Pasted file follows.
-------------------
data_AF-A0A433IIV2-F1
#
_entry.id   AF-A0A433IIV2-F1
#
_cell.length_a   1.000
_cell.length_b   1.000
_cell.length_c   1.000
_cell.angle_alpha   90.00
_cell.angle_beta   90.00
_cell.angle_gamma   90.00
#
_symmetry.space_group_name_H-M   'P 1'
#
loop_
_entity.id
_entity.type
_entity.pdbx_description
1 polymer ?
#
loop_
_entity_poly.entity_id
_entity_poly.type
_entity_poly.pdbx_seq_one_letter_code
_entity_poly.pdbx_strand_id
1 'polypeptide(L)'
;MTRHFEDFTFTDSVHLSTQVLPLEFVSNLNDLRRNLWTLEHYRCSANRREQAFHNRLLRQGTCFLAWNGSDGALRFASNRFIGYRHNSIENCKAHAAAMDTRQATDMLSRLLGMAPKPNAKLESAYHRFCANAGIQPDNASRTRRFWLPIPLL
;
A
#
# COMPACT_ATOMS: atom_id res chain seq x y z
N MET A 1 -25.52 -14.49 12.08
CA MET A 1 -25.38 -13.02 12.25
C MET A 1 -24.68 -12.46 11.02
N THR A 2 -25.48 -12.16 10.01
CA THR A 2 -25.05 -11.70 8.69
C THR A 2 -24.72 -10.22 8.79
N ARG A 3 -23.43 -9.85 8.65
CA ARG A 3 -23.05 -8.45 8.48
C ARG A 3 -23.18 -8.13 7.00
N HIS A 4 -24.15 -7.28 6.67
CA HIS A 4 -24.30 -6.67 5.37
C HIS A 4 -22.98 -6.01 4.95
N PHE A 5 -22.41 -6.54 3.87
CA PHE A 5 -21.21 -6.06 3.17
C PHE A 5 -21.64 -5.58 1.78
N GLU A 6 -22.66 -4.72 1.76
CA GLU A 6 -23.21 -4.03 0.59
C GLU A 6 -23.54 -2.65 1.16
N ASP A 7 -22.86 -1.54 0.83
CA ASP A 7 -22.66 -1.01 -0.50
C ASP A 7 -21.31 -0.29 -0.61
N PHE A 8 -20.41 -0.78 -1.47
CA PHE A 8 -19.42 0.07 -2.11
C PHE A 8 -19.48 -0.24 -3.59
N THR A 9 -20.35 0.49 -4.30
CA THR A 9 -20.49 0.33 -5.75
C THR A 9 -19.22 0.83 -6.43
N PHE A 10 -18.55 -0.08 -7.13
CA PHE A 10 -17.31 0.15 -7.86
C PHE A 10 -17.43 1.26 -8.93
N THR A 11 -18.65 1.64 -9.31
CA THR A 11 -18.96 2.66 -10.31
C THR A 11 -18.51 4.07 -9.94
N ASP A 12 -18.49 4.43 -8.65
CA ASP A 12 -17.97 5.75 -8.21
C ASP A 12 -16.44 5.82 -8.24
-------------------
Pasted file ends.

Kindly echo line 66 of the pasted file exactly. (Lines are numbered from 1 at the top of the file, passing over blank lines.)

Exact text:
C ASP A 12 -16.44 5.82 -8.24